Ah, yeah… but…
Of course, the reverse would also be the case.
Assume the rate had gone to £100 : €100 instead. In that case, in order to return the Euro amount of €125 to Cust_B (as required by SEPA rules), Corp_A would have to pay £125 . Then, Cust_B would receive the money they paid (so there’s no real ‘happiness’ factor to consider) but Corp_A would have incurred a substantial loss on the overall transaction. There’s almost no way that Corp_A would refund the non-Euro amount (as happened with my Credit Card transactions). SEPA rules don’t permit it. At least, not at the moment. Even if the rules did permit it, imagine the Customer’s fury when their refund is short-changed (as mine was with Hertz & Dollar)…
In some payments processing systems, Creditors have arrangements in place to ensure the risk is minimised. For example, payment specialists Sentenial have previously advised that they can facilitate a sort of ‘side channel’ transmission, between Banks, of the FX rate on SDD collection date. This data is then used to recalculate, on R-TX date, what the rate would have been on SDD collection date. I’m not sure what the advantages / disadvantages of this approach are to end users (i.e. Ultimate Creditor and Ultimate Debtor) but it shows that there are channels – at least in Sentenial’s products – to transmit the information that would be required to automate some consistent solution.
I’m not sure I can see how this would get around the fact that, if a SDD is processed on a given date and it involves cross-currency FX to calculate the Euro amount, and if this amount changes between SDD collection date and eventual R-TX date, then both sides of the TX will be affected for (equally? Zero-sum?) better or worse. At least the Debtor is protected *in Euro* (apparently) against losses due to FX fluctuations – but is also shielded against any potential gains.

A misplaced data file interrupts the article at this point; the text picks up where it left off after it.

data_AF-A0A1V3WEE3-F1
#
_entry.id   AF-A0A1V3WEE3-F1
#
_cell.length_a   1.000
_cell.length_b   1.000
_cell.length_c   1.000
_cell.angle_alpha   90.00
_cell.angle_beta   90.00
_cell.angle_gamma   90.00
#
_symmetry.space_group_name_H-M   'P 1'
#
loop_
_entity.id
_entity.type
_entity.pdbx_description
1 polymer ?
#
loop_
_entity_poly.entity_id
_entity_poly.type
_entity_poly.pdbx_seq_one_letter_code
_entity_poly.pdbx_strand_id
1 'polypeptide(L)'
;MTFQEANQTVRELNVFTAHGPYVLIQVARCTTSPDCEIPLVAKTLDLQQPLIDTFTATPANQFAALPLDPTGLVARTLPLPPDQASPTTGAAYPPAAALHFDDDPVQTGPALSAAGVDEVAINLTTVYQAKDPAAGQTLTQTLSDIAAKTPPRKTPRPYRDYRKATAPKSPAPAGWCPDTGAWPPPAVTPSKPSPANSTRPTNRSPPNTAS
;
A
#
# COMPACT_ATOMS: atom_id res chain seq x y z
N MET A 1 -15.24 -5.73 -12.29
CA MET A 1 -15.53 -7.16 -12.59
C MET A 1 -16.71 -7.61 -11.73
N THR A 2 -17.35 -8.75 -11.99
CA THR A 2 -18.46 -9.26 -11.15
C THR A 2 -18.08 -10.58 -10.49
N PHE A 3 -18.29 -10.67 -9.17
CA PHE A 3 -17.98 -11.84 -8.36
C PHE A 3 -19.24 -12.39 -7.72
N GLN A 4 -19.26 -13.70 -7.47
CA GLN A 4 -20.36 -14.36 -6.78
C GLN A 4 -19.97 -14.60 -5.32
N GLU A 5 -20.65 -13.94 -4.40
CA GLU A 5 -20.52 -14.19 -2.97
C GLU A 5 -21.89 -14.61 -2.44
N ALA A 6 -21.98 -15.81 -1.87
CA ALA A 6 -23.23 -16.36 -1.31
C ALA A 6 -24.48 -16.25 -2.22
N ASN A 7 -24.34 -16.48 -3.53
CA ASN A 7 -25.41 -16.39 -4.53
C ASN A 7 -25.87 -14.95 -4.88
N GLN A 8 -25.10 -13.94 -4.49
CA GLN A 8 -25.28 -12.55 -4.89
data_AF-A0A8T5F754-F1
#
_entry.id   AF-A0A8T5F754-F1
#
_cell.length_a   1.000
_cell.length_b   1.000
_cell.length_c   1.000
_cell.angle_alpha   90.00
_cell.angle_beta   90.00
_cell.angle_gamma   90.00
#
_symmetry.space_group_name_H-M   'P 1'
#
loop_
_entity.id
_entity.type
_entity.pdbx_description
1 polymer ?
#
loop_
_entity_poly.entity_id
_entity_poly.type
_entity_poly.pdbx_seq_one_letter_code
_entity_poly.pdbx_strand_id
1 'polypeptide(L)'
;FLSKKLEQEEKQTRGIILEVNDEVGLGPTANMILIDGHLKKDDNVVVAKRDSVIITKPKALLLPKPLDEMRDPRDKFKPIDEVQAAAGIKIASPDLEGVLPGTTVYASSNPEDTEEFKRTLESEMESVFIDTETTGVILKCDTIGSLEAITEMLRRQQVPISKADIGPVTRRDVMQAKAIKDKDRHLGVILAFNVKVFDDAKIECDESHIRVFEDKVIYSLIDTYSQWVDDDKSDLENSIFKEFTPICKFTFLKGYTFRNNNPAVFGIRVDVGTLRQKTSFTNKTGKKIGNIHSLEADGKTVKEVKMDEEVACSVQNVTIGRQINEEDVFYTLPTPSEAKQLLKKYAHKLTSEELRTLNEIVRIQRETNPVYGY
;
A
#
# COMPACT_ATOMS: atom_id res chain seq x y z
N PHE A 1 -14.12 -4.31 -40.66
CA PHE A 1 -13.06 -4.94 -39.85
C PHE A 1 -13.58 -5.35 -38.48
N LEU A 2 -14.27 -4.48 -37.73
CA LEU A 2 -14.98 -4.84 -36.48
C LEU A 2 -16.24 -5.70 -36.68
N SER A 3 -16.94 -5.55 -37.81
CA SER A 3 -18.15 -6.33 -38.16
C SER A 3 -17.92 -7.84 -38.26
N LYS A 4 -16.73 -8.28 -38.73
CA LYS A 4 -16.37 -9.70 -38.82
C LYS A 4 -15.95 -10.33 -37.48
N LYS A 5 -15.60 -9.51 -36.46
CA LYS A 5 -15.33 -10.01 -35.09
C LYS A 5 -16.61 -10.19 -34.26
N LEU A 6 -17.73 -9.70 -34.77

I need a dollar, dollar is what I need… not a Euro
Now, as if to make it even more complicated, what happens when BOTH parties who want to use SDDs are outside the Euro zone…? Well, exactly the same… but different and twice as bad!
- Assume Cust_A is in the USA and the money s/he uses to pay for the £100 item was originally in US$. This amount must be (nominally, at least) converted from US$ to £, to get the appropriate amount. This amount must then be converted to € to find out how much to collect in the SDD.
- If and when there is an R-TX, it will be for the € amount. It must then be converted back to £ by Corp_A so it knows how much will leave it’s own accounts. When the amount is converted back to US$, it will almost certainly be different to the amount that Cust_A initially paid.
- Confused…? Not as much as the Debtor who paid one amount and later got a ‘full refund’ that was for a higher, or lower, amount!
Hedging your bets
Of course, there is nothing new in all of this… that is, if you are a multinational, multi currency Corporate who is accustomed to taking FX fluctuation – and, consequentially, FX Hedging – into account in your operations. For the rest, the potential 13 months during which an R-TX might arise will be a FX risk period. Assuming, of course, you want to keep your customers happy and don’t want to refund them an amount lower than you originally charged them (which is, of course, exactly what Hertz and Dollar rental did to me, through no fault of my own, and lost any of my future business because of it).
Maybe there is an opportunity here for the multinational, multi currency Corporate (especially those who took SEPA migration as an opportunity to rationalise payments and/or implement any variant of a ‘Payment Factory’-type system) to offer to ‘insure’ against possible variations in the R-TX amount, hedging the risk of having to pay more of the ‘local’ currency, (to match the R-TX amount) against the possible gain of having to pay less…
It’s confusing enough even trying to explain this stuff, without having to figure out how to implement automated, consistent solutions to handle these outlier scenarios.
Then again, that’s what we Business Analysts are for 🙂